Beyond The Spectrum
A serious developmental disorder that impacts the nervous system with variable severity that is characterized by difficulty in social interaction and communication and by restricted or repetitive patterns of thought and behaviour.
Growing up with an autistic sibling, I’ve always wondered how different life would have been if he wasn’t on the spectrum. My brother was diagnosed when he was three, I was seven. While I barely understood what was going on then, most of my childhood memories have been about taking care of him. His experiences were my experiences, his pain was mine, his wins were shared, his joy was my joy and yet no amount of observation, research and hospital visits helped my family truly understand how he viewed the world or what it is like for him to go through life. All we could do was gather all our strength every day, acknowledge his struggles and do the best we can.
Autism isn’t linear. Every person with Autism is different. While most have issues that come under a common bracket of Autism, the strengths and struggles could be so different and the severity could vary. It’s why it is called a spectrum.
My brother has many sensory issues and unique needs we have to cater to. Crowds are torture to him, with the intense claustrophobia. Loud noises are his poison. His dietary needs are specific. Everything needs to be on schedule and WE HAVE TO STICK BY IT, NO MATTER WHAT. Bright lights are scary for people like him, it feels like a needle through their eye and they tend to make him disoriented since he is more sensitive to this than us non-autistic folks. Change is hard for him, every small step needs to be verbalised to him multiple times until he internalises it. Communication is a challenge, he can’t speak coherently, and he is mostly non-verbal but he tries. He is very dependent on us for basic day to day activities from eating to bathing to wearing his clothes.
Every time we decide to take a trip, or even go out for the evening - the anxiety is real. The endless what-ifs, “What if he falls sick?” “What if he doesn’t like the weather?” What if he has a meltdown from loud noises?” “What if he doesn’t get the food he’s meant to according to his dietary restrictions?” “Is this place too crowded for him?” Do we have a doctor’s contact in this city?” Have we packed his medicines?” “How do we handle someone saying something ableist about him?” “…should we just stay home?” The world doesn’t make it easier for us either - “Some families should learn to control their children”, “So uncivilised”. “Is he *insert the R-word*?” So do we deprive him of the simple joys of life? Of travelling and seeing new places, eating his favourite food at the restaurant, watching a movie he enjoys, going to the park, going on a drive, playing catch - no matter how difficult some of those things were for him and us, he deserves to have those experiences just like the rest of us and the society was never equipped to help us help this child.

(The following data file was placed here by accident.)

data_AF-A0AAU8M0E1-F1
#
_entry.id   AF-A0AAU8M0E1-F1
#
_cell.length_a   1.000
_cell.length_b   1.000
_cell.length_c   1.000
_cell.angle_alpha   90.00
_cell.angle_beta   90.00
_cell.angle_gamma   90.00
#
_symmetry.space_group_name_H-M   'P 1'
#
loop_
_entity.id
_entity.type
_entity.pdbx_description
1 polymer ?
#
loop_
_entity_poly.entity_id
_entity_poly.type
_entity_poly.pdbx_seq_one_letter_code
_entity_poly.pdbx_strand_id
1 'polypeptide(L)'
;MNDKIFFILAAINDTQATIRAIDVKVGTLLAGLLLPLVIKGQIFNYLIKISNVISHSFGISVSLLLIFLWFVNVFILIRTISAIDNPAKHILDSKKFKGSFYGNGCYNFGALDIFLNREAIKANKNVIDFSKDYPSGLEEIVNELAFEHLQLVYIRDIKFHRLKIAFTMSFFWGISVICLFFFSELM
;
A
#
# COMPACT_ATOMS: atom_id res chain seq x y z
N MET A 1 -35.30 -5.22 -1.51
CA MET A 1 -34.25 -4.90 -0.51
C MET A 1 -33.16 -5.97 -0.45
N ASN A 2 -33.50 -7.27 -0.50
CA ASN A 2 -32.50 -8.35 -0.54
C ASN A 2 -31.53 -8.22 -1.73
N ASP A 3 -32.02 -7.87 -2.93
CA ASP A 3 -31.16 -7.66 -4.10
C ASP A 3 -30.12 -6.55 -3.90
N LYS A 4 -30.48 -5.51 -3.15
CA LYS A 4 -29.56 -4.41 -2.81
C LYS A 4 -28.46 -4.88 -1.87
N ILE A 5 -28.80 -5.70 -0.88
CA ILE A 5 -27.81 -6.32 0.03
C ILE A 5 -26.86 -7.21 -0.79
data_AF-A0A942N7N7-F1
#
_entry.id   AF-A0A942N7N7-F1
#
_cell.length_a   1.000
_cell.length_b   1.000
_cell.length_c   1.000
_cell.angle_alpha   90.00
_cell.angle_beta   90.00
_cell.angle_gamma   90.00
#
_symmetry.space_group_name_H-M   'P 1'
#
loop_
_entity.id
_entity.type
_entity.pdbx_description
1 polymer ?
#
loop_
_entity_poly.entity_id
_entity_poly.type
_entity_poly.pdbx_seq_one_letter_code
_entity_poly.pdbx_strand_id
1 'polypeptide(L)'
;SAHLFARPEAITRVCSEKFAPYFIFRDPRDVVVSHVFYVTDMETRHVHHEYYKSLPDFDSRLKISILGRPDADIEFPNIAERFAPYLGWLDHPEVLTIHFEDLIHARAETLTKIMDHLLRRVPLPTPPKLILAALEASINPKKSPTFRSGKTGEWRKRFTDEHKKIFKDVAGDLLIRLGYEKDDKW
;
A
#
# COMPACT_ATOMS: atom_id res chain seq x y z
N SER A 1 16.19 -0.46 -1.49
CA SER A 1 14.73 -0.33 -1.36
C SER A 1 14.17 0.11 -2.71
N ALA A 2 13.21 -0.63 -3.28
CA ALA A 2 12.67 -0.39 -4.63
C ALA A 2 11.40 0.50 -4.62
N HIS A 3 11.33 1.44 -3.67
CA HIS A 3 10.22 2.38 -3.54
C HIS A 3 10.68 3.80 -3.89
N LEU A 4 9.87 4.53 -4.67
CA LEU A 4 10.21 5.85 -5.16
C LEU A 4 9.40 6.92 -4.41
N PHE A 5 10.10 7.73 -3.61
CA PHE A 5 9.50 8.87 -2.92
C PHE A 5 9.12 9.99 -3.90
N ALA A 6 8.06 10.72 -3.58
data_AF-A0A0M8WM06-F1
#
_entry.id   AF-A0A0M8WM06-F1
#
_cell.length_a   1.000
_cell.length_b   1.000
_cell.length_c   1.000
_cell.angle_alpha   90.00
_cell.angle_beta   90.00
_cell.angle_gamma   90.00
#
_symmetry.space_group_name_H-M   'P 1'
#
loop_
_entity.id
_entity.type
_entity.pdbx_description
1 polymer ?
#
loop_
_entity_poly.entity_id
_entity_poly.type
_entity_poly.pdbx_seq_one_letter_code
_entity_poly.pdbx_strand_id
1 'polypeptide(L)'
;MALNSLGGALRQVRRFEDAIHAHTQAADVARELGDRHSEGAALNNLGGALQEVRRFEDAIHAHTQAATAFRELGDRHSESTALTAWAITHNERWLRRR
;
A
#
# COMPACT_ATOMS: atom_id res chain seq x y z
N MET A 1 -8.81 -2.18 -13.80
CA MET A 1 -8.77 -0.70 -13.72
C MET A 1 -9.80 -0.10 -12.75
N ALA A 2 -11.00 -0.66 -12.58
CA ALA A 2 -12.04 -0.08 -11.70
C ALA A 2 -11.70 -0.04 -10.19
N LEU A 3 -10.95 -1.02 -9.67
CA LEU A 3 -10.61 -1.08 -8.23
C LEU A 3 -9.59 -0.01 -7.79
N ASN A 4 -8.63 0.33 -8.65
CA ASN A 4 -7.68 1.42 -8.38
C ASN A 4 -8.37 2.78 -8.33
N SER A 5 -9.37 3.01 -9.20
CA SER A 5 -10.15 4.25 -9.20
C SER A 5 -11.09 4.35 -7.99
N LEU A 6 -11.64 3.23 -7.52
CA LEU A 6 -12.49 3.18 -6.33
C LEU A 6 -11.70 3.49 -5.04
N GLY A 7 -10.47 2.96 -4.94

My brother’s needs and problems were different and society isn’t yet tailored to make space for “different”. The social stigma follows us everywhere. I’m happy there is more awareness now than 15 years ago, but have you personally made the effort to understand or learn to contribute to these autistic individuals' well-being? Because knowing about Autism through some cousin’s neighbour’s brother in law’s kid who is “different” isn’t enough.
April of every year is Autism awareness month, which is now called Autism acceptance month. This shift in vocabulary is important because it is one small step toward inclusivity and a huge leap of faith that society follows through on creating a safe space for Autistic individuals and their families. We don’t need your sympathy or pity. We don’t need more ableism. We just need some effort in making this society a well equipped and safer space for these individuals and your willingness to educate yourselves. Come with an open mind, heart and kindness.
Here is me, trying over and over again, every year- hoping my words will make a difference. That difference will help families like mine. It will help people like my brother because every day that we don’t fight to integrate them into our society and make their lives easier is a missed opportunity to make this world better.
This is Varshini Raaj signing out.